The North Island’s Central Plateau - epic volcanoes, desert plains, a handful of waterfalls, and expansive vistas stretching across the island. The Mount Ruapehu summit, being the tallest mountain in the North, gives you a brilliant, as well as a rewarding climb, which is often a lot of people’s first venture into the alpine (for North Islanders at least!).
The most popular side to access the Mt Ruapehu summit, and the only side I have ventured up from, is from Whakapapa Village on the Northern side of the maunga. From this side, you can drive up the Bruce Road towards the Iwaku Village and start your ascent of Ruapehu from there. Depending on what time you chose to start (and how adventurous you’re feeling) you can either make your start from the base area of the Whakapapa skifield, or you can take the Sky Waka from the base to the Knoll Ridge Chalet.
Some of my favourite experiences on Ruapehu have been the epic sunrises, watching the first light of day illuminating the snow underneath my crampons, watching the stars glistening above my head as I drift off to sleep on the summit plateau, and coffees shared with friends as we defrost from the night.
Crampons and an ice axe will be absolutely essential to accessing the Mt Ruapehu summit in the winter. If you don’t know someone who has experience in using these tools who can teach you how to use them, seeking guidance from experienced guides will be a good way to learn the essential skills needed to use them. I will cover a few of the basics so you have a good idea, however, it is essential to practice in a safe controlled area with a good run out so if you do have slips or falls, you’re in a safe area.
Want to take things to the next level on your trip to the Mt Ruapehu summit? Spend the night in a frosty oasis, melting snow, and drinking lots of tea to keep toasty? Here are a few tips to help get started if you want to camp out above the snow line.
When you’re asleep, you only have what’s between yourself and the ground to keep out the chill of the snow. In order to do this, an inflatable sleeping mat is essential. When looking for this, you should look for a sleeping mat with an R-value of 4 or higher. In addition to this, you should pair your mat with a closed-cell foam pad, with a reflective side that radiates the heat back towards your body and traps warm air in your inflatable sleeping pad.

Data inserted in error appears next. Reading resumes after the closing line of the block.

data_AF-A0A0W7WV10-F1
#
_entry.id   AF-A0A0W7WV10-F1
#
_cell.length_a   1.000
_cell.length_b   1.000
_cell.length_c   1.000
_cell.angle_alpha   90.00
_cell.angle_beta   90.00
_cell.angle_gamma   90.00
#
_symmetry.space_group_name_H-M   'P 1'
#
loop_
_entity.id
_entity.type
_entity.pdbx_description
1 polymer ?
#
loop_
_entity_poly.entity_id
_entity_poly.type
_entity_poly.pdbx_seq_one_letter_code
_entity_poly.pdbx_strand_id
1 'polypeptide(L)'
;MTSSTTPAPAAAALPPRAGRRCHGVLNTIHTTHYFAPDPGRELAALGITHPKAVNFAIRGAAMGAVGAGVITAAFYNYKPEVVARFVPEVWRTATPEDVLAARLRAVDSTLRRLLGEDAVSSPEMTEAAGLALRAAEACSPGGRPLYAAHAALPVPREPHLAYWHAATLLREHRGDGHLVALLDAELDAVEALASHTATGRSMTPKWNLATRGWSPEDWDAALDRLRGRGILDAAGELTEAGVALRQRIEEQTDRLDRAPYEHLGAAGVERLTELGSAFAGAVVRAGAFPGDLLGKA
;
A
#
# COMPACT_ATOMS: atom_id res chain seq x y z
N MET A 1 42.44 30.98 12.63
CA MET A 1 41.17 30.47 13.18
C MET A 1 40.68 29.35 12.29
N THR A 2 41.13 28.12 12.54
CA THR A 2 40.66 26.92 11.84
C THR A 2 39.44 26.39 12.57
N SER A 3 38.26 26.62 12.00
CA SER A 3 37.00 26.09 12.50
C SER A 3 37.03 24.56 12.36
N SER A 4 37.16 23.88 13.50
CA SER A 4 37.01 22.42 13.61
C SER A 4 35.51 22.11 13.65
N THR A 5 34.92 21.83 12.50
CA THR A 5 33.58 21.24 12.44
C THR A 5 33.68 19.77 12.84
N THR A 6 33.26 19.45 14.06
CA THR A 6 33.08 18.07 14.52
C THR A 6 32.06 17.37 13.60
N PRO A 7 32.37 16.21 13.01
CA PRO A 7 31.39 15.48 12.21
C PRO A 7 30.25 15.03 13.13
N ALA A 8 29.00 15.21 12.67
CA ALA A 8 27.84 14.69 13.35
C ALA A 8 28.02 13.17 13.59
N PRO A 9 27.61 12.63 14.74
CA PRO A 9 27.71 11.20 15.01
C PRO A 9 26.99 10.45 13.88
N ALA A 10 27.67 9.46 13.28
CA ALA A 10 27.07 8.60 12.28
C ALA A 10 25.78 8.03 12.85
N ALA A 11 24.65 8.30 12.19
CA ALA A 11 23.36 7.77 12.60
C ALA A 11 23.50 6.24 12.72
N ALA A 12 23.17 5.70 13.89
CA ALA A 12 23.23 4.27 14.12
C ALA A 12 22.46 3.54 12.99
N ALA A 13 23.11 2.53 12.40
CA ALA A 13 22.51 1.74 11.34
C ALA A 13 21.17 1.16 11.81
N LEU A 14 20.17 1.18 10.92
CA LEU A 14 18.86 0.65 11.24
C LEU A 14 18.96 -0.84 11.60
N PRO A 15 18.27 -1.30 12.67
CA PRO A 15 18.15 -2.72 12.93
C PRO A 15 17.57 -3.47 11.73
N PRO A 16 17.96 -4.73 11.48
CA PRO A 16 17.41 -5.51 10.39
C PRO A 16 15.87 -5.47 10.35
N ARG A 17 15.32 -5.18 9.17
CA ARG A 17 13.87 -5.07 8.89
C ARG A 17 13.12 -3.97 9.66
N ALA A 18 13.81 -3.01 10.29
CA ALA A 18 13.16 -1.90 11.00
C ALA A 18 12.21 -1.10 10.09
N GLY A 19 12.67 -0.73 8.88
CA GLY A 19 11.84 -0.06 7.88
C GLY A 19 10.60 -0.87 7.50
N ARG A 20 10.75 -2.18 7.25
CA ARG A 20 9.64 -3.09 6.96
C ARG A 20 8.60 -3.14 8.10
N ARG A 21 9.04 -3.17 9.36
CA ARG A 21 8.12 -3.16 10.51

Cooking above the snow line is a whole new experience. Your typical gas won’t work as efficiently at higher altitudes or at colder temperatures, so I recommend at least using an isobutane fuel, or even better, white gas. Utilising reusable hand warmers to give your gas canister a little boost of warmth is also beneficial, as is keeping it elevated off of the snow. If you’re melting snow to enjoy some delicious Backcountry Cuisine freeze-dried meals, ensure to put some water in with it to begin with, as this will speed up the process significantly. Keeping water once it’s warm will speed up a few of your processes as well! I highly recommend Nalgene water bottles, fill them up with boiling water and they can also double as a hottie, or can be used to dry wet boots.
A sleeping bag liner can add a hugely beneficial boost to the warmth rating of your sleeping bag, plus tends to feel a bit nicer against your body than the inner of the sleeping bag itself. A good set of merino thermals and sock will keep your body warm throughout the night and stop you from getting cold toes. A Nalgene full of hot water at the bottom of your sleeping bag, between your legs or up by your chest will provide the most warmth for you while it's hot. An inflatable pillow is a small but invaluable addition to your kit if you want to have a great night’s sleep!
*Please note – all images were taken prior to the increased volcanic alert on Mt Ruapehu
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